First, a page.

Tra la Tralee

Fresh from a daytrip to Tralee for music exams this week and a Saturday morning stomp up the hill behind Ruscombe with the dog, listening to electric Miles Davis at Fillmore 1970 – this week we welcomed Gilad Atzmon and his Orient House Ensemble to Stroud, he promised a talk on his own individual “Road to Bop” before the gig, but naturally was keener to discuss geopolitical issues, the dominance of the cognitive elite, the oppression of political correctness, illustrated with diagrams of a Freudian bell curve (also reminiscent of Dopey’s hat in Snow White). He was disappointed that the audience were not more provoked or offended by his diagnoses – the freethinking jazzlovers of Stroud were probably rather more disturbed when he began the gig by strapping on an accordion. I expected his diatribe to be more focussed – it felt somewhat woolly, confused, from the top down, rather than building an argument that would draw people in, on the nature of early-C21st capitalism and global inequality. I watched the film Elysium the other day and that was at least as thought-provoking. Could we make an argument for universal global democracy, one person one vote, no borders?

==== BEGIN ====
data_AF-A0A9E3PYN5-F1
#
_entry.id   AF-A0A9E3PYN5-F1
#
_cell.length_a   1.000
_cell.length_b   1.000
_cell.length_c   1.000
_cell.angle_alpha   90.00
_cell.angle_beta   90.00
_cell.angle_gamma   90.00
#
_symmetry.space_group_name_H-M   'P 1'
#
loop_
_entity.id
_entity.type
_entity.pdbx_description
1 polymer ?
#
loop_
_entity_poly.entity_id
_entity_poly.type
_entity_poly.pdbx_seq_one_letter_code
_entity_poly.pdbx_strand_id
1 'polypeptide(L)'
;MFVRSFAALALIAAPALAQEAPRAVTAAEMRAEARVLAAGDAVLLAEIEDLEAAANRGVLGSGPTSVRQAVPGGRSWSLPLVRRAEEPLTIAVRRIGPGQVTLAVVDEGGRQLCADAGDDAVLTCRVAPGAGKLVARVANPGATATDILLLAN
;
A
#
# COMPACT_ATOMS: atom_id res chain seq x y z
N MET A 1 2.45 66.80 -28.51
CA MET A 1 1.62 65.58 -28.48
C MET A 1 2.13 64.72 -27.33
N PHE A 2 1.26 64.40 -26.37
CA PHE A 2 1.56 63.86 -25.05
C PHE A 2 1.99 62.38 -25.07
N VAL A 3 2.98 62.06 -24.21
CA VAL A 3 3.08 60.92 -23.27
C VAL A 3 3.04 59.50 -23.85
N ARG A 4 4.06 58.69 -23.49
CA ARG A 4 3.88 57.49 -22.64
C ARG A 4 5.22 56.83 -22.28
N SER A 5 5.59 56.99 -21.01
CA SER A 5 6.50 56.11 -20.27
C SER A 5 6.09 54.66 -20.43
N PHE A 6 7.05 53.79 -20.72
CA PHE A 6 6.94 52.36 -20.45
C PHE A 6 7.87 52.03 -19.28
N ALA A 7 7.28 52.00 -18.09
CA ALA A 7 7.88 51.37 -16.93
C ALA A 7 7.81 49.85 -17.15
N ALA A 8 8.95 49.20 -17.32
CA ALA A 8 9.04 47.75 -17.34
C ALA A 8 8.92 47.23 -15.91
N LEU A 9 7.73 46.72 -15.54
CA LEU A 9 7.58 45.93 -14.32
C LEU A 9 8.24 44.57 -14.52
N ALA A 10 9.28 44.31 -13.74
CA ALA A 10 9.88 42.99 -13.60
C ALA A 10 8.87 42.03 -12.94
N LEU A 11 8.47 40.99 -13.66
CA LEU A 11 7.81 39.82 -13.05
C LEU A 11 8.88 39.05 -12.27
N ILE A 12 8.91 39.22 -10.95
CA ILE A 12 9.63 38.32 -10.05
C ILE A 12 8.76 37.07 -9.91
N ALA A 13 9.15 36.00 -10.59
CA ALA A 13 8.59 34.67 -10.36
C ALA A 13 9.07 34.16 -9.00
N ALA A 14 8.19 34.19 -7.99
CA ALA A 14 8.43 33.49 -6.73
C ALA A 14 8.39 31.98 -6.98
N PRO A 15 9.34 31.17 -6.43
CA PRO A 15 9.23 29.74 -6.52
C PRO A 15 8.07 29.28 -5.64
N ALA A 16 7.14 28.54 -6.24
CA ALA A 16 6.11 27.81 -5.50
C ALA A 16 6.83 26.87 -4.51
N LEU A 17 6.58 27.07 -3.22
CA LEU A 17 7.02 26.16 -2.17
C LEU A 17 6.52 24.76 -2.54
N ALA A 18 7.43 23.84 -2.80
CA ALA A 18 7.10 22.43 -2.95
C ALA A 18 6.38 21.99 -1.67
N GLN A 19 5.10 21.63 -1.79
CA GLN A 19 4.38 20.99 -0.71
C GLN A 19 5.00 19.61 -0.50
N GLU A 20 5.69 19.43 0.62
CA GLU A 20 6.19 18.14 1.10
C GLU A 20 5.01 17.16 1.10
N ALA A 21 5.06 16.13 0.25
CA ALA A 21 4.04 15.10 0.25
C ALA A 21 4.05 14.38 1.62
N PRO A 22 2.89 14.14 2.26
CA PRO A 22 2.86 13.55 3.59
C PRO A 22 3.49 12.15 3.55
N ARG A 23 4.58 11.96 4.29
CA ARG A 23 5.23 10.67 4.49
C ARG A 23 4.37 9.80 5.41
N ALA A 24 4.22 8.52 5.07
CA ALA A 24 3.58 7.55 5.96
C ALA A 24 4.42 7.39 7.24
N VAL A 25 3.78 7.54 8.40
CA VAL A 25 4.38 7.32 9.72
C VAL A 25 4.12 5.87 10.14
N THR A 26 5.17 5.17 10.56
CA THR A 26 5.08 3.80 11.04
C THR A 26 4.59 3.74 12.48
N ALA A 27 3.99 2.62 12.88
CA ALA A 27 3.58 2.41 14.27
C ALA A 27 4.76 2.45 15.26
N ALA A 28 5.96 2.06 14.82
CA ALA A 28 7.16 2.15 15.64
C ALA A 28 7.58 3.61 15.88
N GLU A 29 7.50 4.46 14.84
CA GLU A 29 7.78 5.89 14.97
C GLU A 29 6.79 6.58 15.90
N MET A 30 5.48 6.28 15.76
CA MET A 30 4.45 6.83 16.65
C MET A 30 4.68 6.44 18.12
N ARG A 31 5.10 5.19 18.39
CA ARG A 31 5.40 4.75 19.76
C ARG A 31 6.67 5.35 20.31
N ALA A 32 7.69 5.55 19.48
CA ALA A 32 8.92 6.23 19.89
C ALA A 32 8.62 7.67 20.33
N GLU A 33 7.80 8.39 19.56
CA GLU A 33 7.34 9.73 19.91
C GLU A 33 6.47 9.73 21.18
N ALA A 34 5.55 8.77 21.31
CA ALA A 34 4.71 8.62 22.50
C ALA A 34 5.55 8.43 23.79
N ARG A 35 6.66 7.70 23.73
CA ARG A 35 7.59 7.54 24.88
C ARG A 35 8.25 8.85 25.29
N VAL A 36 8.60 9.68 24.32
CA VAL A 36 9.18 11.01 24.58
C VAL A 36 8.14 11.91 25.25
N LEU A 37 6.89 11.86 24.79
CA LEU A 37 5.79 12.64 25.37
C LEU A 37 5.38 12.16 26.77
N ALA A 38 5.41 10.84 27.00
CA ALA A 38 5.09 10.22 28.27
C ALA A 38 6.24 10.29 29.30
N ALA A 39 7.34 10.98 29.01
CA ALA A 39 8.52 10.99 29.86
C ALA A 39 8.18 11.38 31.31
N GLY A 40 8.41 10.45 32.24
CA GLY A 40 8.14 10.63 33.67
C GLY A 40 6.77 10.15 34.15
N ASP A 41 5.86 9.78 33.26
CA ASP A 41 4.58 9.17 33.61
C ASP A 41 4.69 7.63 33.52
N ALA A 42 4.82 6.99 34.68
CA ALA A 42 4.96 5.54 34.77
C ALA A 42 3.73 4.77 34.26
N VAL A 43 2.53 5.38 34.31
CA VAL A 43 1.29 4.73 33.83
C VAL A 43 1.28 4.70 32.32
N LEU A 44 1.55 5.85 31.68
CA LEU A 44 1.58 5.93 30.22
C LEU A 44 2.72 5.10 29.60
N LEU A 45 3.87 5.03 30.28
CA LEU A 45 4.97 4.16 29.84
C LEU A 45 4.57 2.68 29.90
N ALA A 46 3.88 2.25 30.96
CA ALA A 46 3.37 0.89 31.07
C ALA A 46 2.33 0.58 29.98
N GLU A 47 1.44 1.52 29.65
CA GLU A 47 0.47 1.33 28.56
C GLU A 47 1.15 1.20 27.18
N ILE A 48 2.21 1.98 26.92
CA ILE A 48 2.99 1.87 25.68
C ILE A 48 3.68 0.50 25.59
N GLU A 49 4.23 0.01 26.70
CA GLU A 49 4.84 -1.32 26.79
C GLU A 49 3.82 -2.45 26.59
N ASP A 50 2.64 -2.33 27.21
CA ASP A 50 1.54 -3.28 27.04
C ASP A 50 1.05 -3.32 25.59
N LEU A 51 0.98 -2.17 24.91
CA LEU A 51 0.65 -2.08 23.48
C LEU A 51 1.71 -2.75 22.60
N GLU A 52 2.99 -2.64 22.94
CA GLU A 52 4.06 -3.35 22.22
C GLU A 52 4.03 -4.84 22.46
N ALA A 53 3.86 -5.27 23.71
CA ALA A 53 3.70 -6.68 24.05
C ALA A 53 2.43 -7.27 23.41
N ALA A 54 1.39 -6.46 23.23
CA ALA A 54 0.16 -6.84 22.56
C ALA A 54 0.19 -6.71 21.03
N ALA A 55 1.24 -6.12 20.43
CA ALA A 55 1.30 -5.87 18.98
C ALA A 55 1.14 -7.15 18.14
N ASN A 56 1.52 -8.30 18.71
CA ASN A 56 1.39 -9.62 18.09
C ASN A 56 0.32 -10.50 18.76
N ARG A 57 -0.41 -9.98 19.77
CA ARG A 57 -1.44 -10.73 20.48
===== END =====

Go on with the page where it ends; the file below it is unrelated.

The band was impressively tight, the drummer Chris Higginbotham standing out – Gilad’s saxophone playing is very traditional, nostalgic, rhapsodic, joyous, a populist stream of expression (channelling Coltrane on the soprano, Charlie Parker on the alto). The encore was Louis Armstrong’s Wonderful World – as also featured by Andy Sheppard’s Pushy Doctors just before Xmas. These sax players are such romantics.

Reading matter for my trip to Ireland – Don Paterson’s Rain (that’ll be poetry, then). He’s very dry and Scottish (and occasionally a bit romantic too), and a guitarist on the side – one of my favourites is his Song for Natalie ‘Tusja’ Beridze, in praise of an obscure Georgian musician, shoehorning in all sorts of abstruse references beloved by readers and writers of The Wire magazine. And rhyming too (but not scanning). I heard him read in Cheltenham last year – you can get away with anything with a dry Scots accent.

Standard